# Introduction to work with undo branches in Vim 7.0+.

I often find myself in a situation where I hit undo a couple of times to peek back in time, but losing the ability to redo my way back due to inserting some text by accident. This caused some unpleasant moments until I’ve learned about Vim’s powerful undo/redo system.

## Working with undo branches in vanilla Vim

Undo tree was introduced in Vim 7.0., from that version the history is stored in a tree rather than a stack. The root of the tree refers to the original version of the file (no changes), and every time you change something a new node is added to the graph. The latest leaf node represents the last change you have made.

For example, the history looks like the following if you add line after line without using undo:

The path from the latest leaf node to the root contains all the changes you’ve made to reach the current state of the file.

With undo (u) and redo (<C-r>) you can walk upwards and downwards this path.

Using these commands alone Vim behaves like most editors that have the usual undo stack. However, if you change something after an undo action, the tree grows a new branch rather than simply discarding the previous future elements.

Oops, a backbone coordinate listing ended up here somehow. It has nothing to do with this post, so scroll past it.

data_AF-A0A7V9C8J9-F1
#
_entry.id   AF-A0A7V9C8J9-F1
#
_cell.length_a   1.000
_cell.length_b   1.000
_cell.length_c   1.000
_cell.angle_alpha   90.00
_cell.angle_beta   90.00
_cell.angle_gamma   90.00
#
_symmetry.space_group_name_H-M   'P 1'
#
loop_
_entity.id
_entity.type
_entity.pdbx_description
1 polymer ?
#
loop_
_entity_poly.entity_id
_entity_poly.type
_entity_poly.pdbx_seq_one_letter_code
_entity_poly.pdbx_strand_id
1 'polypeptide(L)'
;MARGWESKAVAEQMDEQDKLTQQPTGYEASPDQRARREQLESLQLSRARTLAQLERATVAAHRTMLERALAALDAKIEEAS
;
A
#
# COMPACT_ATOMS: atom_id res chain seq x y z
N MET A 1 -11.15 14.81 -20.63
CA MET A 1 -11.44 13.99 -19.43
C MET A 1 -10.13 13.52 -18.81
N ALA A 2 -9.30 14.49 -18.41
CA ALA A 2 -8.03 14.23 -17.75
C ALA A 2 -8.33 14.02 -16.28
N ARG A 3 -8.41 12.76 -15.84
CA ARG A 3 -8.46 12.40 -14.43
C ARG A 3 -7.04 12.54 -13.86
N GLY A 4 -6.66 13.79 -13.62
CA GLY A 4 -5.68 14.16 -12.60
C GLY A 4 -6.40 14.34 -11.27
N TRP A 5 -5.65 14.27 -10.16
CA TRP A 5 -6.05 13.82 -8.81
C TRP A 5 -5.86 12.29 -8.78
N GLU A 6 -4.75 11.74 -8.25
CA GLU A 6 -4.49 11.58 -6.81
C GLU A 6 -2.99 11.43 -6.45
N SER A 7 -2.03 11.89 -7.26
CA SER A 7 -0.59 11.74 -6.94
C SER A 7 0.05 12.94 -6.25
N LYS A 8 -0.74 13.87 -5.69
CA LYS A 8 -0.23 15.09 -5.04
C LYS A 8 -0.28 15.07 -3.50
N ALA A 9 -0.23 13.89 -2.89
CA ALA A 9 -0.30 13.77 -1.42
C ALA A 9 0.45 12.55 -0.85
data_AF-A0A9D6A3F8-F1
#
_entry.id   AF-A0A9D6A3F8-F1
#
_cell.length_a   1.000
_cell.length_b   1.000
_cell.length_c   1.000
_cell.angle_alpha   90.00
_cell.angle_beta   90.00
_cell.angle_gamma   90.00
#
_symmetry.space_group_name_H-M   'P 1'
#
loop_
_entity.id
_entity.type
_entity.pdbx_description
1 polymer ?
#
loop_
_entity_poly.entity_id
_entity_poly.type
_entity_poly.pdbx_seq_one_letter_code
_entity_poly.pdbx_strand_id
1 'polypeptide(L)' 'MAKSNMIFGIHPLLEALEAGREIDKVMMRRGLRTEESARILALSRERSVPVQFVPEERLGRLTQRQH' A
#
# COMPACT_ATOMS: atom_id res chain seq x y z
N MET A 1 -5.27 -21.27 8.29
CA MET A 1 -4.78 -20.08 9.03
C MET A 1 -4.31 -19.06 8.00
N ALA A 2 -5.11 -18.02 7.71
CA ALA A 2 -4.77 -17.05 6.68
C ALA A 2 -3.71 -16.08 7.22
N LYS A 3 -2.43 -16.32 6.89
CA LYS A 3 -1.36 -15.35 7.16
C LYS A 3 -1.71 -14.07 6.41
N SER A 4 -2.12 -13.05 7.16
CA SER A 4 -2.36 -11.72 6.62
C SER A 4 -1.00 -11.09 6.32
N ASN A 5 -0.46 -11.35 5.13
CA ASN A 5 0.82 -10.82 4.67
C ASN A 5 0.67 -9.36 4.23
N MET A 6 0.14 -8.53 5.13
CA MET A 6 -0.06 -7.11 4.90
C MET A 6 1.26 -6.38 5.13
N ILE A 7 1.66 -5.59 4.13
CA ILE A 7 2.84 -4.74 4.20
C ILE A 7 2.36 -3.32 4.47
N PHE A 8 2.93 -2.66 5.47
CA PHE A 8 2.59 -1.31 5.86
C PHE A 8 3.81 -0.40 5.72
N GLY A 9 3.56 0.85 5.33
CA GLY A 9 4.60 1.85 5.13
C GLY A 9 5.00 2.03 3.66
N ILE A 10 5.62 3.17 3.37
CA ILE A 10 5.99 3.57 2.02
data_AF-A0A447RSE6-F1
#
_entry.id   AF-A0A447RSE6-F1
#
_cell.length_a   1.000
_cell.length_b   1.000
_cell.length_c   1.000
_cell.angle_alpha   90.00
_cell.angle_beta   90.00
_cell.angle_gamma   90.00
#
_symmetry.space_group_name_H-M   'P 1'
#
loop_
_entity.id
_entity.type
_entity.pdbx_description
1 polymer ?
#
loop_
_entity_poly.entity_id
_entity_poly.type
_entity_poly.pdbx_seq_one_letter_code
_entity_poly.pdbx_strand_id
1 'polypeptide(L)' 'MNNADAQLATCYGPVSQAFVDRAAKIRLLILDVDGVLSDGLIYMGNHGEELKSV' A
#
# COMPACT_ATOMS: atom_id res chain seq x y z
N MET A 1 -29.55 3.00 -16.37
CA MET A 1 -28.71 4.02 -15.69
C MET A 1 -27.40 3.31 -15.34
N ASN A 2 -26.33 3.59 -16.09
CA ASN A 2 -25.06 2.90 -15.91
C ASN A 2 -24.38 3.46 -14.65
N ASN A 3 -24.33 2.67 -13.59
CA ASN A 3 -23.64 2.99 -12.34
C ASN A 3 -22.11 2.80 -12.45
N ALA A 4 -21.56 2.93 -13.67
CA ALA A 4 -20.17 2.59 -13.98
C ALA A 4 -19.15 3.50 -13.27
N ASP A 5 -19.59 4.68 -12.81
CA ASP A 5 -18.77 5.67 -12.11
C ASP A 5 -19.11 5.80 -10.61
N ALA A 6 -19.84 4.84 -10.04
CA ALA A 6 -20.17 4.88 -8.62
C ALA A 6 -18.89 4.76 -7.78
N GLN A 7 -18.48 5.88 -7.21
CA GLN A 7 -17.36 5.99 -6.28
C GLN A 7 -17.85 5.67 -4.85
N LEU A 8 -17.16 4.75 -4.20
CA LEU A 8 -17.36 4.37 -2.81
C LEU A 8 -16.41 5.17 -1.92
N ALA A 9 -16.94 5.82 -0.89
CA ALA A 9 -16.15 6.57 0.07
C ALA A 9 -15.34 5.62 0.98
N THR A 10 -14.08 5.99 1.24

Vim keeps all your changes, but with u and <C-r> you can’t reach the nodes that are outside the path to the root.

However, Vim has the ability to navigate the changes in the order they were made. With g- you can move to the previous item in time, while g+ moves to the next one.

This can be a solution to the problem of the accidentally lost changes while undoing around: hitting g- in this case can take you back to the latest version you need.

## Gundo

g- and g+ is neat, however discovering the whole history graph with them might be inconvenient. Gundo.vim provides an easy to use way to navigate in the undo branches. It requires Python and a Vim built with Python support.

The plugin provides a nice graphical layout of the undo branches, making the navigation in the changes trivial:

I’ve mapped the <leader>u to toggle this view, and I also had to set the g:gundo_prefer_python3 to 1, because I am using it with Python 3.

## Summary

Vim has a powerful undo/redo system that makes sure that you don’t lose any changes. Use the g- / g+ if you get stuck with u / <C-r>. If you need total control over your history don’t forget to install Gundo.vim.

12 September 2017